A language of Russian Federation

Alternate Names

4,280,000 in Russian Federation (2010 census). 24,700 Kreshen (Kryashen) Tatars, who are traditionally Russian Orthodox. Population total all countries: 5,407,550. Ethnic population: 5,550,000 (2002 census).


Tatarstan and Bashkortostan republics; Saint Petersburg and Moscow to eastern Siberia. Also in Azerbaijan, Belarus, China, Estonia, Finland, Georgia, Kazakhstan, Kyrgyzstan, Latvia, Lithuania, Moldova, Tajikistan, Turkey, Turkmenistan, Ukraine, United States, Uzbekistan.

Language Maps
Language Status

2 (Provincial). Statutory provincial language in Tatarstan Republic (1993, Constitution, Article 68(2)).


Eastern Tatar (Siberian Tatar), Middle Tatar (Kazan), Western Tatar (Misher). Eastern Tatar is divided into 3: Tobol-Irtysh, Baraba, and Tom. Tobol-Irtysh is divided into 5: Tyumen, Tobol, Zabolotny, Tevriz, and Tara (Tumasheva). Mixed dialects are: Astrakhan, Kasimov, Tepter, and Ural (Poppe). 43,000 Astrakhan (L1 speakers) have shifted to the Middle dialect. Kasim (5,000 L1 speakers) is between Middle and Western Tatar. Tepter (300,000 L1 speakers) is reportedly between the Tatar and Bashkort [bak] languages.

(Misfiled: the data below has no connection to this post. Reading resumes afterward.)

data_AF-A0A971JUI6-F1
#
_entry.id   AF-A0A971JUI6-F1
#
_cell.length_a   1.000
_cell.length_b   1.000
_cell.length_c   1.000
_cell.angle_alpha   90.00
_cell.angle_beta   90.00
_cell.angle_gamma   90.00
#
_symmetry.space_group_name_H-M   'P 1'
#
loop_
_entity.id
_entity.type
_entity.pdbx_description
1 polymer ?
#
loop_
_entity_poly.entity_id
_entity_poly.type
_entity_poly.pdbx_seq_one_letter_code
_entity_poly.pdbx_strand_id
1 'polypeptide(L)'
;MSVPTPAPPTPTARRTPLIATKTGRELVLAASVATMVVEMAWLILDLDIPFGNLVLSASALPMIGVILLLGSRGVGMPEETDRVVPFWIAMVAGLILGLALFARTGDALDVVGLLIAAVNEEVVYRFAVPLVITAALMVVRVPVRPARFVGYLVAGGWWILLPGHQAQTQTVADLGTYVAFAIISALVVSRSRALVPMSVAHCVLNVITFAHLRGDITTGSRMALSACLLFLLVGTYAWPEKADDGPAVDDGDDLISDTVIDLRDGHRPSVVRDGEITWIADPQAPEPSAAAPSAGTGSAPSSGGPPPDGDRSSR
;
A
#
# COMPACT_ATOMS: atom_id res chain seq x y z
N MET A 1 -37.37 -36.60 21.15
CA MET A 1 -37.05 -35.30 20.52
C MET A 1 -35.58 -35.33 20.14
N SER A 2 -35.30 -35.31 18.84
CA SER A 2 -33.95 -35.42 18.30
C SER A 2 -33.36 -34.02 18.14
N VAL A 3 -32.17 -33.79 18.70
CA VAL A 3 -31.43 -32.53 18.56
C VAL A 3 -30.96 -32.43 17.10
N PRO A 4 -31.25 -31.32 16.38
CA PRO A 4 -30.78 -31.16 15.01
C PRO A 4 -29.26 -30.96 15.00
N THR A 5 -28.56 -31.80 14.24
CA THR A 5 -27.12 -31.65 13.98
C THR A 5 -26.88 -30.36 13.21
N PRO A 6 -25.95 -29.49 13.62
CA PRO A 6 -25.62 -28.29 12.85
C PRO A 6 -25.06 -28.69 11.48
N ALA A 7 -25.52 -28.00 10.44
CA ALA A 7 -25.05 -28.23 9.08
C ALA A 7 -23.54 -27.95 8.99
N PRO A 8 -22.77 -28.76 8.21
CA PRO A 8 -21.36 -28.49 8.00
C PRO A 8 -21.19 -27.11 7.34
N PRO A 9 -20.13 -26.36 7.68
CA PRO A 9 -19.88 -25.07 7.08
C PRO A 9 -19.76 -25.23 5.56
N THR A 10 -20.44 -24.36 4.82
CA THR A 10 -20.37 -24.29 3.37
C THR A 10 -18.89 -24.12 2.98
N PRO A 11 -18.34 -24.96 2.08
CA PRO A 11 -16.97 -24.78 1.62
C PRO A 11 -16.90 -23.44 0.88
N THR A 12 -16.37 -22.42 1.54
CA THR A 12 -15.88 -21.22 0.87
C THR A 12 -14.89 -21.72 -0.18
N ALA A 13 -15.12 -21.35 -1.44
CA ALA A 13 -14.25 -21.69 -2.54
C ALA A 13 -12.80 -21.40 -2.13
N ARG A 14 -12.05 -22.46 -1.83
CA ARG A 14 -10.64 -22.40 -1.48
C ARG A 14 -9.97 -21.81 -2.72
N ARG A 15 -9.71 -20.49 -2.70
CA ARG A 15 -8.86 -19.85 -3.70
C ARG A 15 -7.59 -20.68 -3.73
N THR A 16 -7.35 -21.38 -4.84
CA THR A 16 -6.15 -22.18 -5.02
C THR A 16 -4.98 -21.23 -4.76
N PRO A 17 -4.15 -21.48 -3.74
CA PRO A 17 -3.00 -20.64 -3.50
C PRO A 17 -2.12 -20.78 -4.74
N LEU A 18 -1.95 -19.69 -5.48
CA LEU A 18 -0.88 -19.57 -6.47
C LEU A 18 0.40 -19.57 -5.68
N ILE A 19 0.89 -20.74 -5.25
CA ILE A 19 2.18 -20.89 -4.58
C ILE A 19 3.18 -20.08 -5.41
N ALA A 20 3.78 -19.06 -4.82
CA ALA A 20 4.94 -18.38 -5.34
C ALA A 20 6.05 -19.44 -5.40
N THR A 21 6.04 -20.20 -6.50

Language Use

Also used by the Karatai (different from Karata [kpt]), ethnically Erzya people who speak Tatar. All domains. All ages. Positive attitudes. Also use Russian [rus].

Language Development
Literacy rate in L2: High. Taught in primary schools. Taught in secondary schools and university. Magazines. Newspapers. New media. Radio programs. TV. Dictionary. Grammar. NT: 1820–2005.
Cyrillic script. Latin script.
Other Comments

Different from Crimean Tatar (Crimean Turkish [crh]). Muslim (Sunni), Christian.

Also spoken in:

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